It wasn’t long before we were joined by some other runners that we knew… and I also saw some running celebrities, including Martin Yelling and Steve Way. (I’m told that Tony Audenshaw [who records the ‘Tony’s Trials’ section of Marathon Talk] was also there, but although I recognise the sound of his voice, I’ve never seen Emmerdale [the soap opera that he appears in], so I have no idea what he looks like.

There was a lot of discussion about what people were going to wear, based on the ice outside, however, I didn’t think the temperature was too bad, so I had opted to wear my SOAS vest, a pair of double-layer shorts and calfguards. I chose not to wear gloves or a headband as I thought I would probably warm up so much on the first hill that I wouldn’t need them. I accessorised with my inhaler, which was definitely a good move as I was so nervous at my last race without it! Most of my friends were wearing long tights and long-sleeved tops, with most of them also wearing jackets, gloves and hats. This made me start to question my choice, but I know that I get  a lot hotter than most of my friends when I run.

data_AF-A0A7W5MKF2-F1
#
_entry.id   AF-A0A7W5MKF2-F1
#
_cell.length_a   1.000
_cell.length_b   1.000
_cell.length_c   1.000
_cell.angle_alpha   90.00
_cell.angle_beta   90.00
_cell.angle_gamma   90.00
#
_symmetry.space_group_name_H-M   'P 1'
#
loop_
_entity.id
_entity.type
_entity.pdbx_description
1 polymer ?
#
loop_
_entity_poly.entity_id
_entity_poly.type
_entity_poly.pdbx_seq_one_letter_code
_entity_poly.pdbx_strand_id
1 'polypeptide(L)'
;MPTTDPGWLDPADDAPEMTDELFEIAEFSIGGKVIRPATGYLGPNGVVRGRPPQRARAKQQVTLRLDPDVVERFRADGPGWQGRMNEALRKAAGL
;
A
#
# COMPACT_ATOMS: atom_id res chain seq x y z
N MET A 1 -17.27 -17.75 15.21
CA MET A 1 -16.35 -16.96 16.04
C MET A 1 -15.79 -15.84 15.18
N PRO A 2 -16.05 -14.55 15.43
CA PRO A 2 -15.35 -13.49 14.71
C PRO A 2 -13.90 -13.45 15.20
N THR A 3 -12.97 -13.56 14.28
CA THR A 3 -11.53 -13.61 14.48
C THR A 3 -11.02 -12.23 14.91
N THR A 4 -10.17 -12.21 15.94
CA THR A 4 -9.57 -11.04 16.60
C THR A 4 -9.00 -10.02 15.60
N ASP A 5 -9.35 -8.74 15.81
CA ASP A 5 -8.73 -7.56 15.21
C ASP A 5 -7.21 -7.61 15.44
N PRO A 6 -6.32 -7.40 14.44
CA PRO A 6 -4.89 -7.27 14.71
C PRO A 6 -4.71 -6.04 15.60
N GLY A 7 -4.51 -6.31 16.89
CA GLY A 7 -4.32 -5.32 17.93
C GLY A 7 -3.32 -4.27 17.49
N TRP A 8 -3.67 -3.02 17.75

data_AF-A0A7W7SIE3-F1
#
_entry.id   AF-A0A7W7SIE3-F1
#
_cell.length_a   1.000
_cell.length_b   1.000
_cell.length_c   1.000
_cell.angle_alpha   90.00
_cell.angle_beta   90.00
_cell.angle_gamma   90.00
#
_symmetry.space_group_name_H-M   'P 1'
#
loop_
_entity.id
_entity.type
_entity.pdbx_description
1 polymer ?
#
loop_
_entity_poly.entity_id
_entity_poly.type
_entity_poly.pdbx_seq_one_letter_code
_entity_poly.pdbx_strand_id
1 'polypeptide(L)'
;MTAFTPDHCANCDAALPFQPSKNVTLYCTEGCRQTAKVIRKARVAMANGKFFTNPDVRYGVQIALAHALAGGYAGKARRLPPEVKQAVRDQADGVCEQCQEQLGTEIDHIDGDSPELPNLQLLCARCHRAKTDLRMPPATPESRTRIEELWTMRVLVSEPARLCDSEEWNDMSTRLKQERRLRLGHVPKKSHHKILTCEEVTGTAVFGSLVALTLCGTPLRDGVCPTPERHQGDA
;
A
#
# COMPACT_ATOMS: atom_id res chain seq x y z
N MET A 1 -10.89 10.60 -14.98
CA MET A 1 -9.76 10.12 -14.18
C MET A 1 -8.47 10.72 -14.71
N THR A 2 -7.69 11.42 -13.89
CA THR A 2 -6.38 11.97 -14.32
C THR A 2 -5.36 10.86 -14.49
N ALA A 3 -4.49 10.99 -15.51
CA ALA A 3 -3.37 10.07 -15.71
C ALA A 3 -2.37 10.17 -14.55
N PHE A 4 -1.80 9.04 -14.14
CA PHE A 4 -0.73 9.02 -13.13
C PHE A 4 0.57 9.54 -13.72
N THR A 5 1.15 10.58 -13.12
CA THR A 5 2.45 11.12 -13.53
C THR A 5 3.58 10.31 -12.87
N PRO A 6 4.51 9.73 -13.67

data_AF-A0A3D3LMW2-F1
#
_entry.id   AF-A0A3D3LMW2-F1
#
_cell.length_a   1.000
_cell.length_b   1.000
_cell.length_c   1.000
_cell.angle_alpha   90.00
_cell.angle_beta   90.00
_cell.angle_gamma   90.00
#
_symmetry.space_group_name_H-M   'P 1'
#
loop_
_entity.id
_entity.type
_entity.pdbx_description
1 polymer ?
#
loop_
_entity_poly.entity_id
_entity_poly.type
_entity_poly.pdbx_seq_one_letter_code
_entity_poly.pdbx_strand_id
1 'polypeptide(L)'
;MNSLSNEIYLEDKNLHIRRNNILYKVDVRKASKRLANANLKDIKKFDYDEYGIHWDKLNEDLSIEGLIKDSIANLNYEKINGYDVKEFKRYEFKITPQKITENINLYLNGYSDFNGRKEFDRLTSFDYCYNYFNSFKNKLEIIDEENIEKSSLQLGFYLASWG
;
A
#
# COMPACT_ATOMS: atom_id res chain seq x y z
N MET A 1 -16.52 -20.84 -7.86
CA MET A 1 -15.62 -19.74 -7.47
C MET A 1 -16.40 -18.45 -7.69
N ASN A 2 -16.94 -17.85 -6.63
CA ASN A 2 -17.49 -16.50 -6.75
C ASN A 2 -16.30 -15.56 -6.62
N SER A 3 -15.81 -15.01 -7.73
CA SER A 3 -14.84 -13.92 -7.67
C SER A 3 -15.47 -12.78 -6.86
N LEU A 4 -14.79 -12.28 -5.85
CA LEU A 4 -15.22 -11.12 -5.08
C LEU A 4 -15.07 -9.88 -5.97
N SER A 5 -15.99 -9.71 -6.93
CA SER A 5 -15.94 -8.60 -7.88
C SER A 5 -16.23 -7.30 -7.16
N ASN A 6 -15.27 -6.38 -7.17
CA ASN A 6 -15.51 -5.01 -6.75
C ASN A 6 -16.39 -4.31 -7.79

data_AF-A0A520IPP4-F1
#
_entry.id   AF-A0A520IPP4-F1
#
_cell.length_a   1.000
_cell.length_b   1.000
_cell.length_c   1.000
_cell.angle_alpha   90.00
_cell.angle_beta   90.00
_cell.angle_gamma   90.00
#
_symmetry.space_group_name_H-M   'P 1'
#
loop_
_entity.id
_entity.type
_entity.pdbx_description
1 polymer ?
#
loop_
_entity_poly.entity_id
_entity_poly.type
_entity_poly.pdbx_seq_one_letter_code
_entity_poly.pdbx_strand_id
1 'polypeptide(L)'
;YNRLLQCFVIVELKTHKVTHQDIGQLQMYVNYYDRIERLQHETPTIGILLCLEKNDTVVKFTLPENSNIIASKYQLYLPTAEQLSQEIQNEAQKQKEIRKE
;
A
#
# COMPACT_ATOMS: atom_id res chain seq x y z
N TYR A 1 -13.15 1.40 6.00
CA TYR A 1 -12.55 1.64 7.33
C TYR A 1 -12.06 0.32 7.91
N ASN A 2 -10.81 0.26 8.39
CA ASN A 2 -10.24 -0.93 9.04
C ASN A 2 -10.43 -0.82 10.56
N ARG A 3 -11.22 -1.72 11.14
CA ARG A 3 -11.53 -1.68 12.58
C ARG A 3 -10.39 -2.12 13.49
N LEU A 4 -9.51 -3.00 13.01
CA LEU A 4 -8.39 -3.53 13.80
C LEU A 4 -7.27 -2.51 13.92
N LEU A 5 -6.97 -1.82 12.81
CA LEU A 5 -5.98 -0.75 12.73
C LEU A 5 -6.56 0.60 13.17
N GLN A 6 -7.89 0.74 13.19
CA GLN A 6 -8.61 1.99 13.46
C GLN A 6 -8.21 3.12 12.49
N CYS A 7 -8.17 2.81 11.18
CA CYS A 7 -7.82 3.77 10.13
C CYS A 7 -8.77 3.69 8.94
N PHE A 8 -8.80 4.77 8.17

Eventually, it was time to start. We were led down to the bottom of a deep ravine and then the race started. I tried to pace myself cautiously as I knew how hard I had found the first hill previously, so I started with a 6:27/km pace. This turned out to be a sensible move as it didn’t take me long for me to recover my breathing. After leaving the campsite, we turned to the east and headed out along the road. After a few minutes, I was passed by Lisa, a club mate. I know that she is running very well, so I didn’t try to stick with her. We then turned off the main road and out onto a forest trail. It was a lovely long downhill… but it was also a little daunting as we could see the long uphill that came after it… and there were already runners all of the way up the next hill.